• The former CEO of ABN Amro has been awarded nearly $3m after the NSW Supreme Court found that he had a contractual entitlement to payments under an unpublished redundancy policy.
  • ABN Amro was not entitled to rely on the requirement that Mr James sign a deed of release before being entitled to the severance payment in the redundancy policy because the matters covered in the required release went beyond what was reasonable to require the executive to release.
  • Justice McDougall’s judgement creates a number of uncertainties for employers who incorporate policies into their employment agreements. These include casting doubt on whether an employer can vary policies incorporated into employment agreements, and how unpublished policies can create binding entitlements, despite employees being unaware of their terms.

Implications for employers

  • Employers should carefully consider what matters are provided for in their corporate policies including unpublished policies which are used as internal guidelines because these may, in certain circumstances, give rise to enforceable rights.
  • Employment agreements should contain express words excluding the incorporation of policies from providing contractual contract entitlement if this is intended.
  • Where contracts provide for a discretionary decision employers should be mindful to exercise their discretion in good faith and in conformance with its contractual purpose as courts are increasingly looking to review the reasonableness of employer decisions in this area.


Following the merger of ABN Amro’s Australian business with the Royal Bank of Scotland in 2008, Mr James and another senior executive, Colin McKeith were made redundant. Mr James and Mr McKeith claimed that they were entitled to severance and ex gratia payments from the redundancy policy.

The ABN Amro redundancy policy was a secret ‘closed’ policy that was not disclosed to employees generally. Mr James knew of the policy because he had been involved in making decisions about other employees’ exit from the business. The redundancy policy provided the following:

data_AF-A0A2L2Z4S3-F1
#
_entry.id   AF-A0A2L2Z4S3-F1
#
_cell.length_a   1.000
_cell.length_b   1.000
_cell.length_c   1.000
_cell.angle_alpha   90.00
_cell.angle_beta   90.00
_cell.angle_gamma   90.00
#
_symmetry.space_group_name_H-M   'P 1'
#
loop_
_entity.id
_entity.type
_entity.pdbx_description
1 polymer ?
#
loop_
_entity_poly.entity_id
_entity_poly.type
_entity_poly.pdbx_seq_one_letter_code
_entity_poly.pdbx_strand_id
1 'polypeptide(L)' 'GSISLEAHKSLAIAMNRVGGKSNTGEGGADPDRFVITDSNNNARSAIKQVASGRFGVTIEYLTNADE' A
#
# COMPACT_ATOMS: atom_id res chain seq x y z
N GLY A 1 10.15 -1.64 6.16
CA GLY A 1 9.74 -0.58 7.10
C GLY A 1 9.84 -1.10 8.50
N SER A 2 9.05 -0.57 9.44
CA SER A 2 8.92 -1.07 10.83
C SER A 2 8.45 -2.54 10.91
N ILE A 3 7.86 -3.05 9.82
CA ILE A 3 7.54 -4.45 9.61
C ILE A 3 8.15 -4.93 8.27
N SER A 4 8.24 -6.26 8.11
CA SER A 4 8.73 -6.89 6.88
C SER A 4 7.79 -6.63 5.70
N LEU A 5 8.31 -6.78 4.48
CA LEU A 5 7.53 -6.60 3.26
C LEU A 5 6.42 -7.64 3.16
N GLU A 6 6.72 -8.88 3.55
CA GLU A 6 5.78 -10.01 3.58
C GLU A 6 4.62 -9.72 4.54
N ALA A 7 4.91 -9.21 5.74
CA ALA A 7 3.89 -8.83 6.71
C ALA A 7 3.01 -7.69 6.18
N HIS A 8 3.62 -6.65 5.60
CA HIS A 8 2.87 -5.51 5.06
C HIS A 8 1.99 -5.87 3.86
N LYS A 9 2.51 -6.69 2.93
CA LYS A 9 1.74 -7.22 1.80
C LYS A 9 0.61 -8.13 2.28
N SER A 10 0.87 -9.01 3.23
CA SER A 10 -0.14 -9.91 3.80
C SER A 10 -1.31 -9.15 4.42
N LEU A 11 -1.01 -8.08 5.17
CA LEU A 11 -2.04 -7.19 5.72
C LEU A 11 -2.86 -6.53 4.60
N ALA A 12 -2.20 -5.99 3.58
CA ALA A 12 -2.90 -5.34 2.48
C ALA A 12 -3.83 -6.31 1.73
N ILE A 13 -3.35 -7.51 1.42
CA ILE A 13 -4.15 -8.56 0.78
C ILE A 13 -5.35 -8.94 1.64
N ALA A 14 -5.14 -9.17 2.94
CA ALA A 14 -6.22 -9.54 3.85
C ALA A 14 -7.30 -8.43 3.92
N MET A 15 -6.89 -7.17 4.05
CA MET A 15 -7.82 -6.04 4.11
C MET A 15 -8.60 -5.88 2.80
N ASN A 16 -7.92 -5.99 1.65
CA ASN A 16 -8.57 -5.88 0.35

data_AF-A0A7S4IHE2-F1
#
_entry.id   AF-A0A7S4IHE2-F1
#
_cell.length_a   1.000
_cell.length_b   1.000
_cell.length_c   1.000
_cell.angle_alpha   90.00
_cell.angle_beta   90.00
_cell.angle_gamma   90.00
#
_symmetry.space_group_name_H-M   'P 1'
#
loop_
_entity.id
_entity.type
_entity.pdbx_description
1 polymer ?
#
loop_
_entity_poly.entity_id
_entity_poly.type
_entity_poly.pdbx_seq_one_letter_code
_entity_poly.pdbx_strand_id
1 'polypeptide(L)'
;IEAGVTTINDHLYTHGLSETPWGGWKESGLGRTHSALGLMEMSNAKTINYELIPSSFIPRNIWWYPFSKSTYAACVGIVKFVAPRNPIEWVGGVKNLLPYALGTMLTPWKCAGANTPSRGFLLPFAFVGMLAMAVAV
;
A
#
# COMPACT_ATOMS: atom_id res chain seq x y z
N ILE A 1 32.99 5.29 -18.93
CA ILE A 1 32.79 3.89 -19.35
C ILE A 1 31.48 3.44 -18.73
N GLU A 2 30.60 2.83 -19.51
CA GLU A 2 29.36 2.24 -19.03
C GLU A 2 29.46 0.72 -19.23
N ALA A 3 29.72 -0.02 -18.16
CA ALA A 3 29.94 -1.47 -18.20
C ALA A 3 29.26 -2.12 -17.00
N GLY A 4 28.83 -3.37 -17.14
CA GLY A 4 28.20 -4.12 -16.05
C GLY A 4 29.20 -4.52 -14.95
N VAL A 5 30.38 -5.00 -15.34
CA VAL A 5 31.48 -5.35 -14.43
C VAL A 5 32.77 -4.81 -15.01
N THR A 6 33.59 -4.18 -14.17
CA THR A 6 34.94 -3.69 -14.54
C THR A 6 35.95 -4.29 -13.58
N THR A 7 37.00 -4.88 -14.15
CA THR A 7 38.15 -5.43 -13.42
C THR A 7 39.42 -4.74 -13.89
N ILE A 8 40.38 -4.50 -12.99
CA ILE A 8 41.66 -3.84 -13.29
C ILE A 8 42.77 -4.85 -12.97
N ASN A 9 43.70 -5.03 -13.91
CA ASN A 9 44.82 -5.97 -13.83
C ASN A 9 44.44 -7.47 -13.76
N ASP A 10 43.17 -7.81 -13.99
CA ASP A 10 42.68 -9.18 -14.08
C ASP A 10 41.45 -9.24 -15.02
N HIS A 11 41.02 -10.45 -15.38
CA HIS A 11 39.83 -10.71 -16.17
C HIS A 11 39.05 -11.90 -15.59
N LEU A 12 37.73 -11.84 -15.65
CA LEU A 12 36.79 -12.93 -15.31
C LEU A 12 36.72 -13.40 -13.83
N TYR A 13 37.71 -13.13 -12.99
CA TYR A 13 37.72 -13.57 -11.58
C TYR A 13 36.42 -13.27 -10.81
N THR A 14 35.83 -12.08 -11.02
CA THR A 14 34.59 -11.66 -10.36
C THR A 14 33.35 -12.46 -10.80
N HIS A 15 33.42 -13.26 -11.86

• a severance payment based on the number of years of service; and
  • an ex gratia payment being the average of the prior 2 years bonuses.

Mr James’ employment agreement said:

ABN Amro Policies

You agree to be bound by the policies of ABN Amro as may exist from time to time. You acknowledge and accept that it is the prerogative of ABN AMRO to vary, change or terminate existing policies as well as devise and introduce policies.

There were several issues before the court but the most relevant was whether ABN Amro’s redundancy policy was a contractual entitlement because of the above clause.


Incorporation of the redundancy policy

In relation to the incorporation of the redundancy policy, his Honour said that the redundancy policy was incorporated into Mr James’ employment agreement because:

  • reading Mr James’ employment agreement objectively, it was clear that the policy clause (above) was intended to be mutually obligatory – Mr James and ABN Amro would equally be bound by the redundancy policy’s conditions;
  • policies that impose obligations on an employer are more likely to be considered contractually binding in nature; and
  • the redundancy policy was not merely a statement of principles. It sets out a clear procedure for calculating any redundancy payments and the entitlements of employees.

Restricting ABN Amro’s ability to implement a deed of release

ABN Amro argued that even if the redundancy policy were contractually binding, the exiting employees were obligated to sign a deed of release before payment could be made, which neither Mr James or Mr McKeith had. This was because of the following statement in the redundancy policy:

…the staff member will be provided with advice on the terms of the redundancy, final payment and tax liability as per the schedule and the Deed of Release. The Deed of Release should be signed and returned to HR before the final payment is made.

However, in this case the draft deed presented to Mr James contained clauses which Justice McDougall said could not be characterised as something that ABN Amro, acting reasonably and in good faith, could require of Mr James. These clauses included a release from claims that only favoured ABN Amro, and did not include an indemnity for Mr James in his role (while employed) as a director of ABN Amro’s Employee Incentive Plan in circumstances where it was likely that litigation may result. Justice McDougall found that:

the deed of release went well beyond the parties agreeing to the ex gratia payment included in the redundancy policy; and

what ABN Amro had effectively done was attempt to tie extra-contractual provisions (the one sided release in favour of ABN Amro) to Mr James’ statutory and contractual entitlements.

Justice McDougall held that because the redundancy policy was contractually incorporated into Mr James’ employment agreement, ABN Amro had a duty to act reasonably and in good faith when preparing a deed of release as part of the redundancy procedure.

James v Royal Bank of Scotland; McKeith v Royal Bank of Scotland [2015] NSWSC 243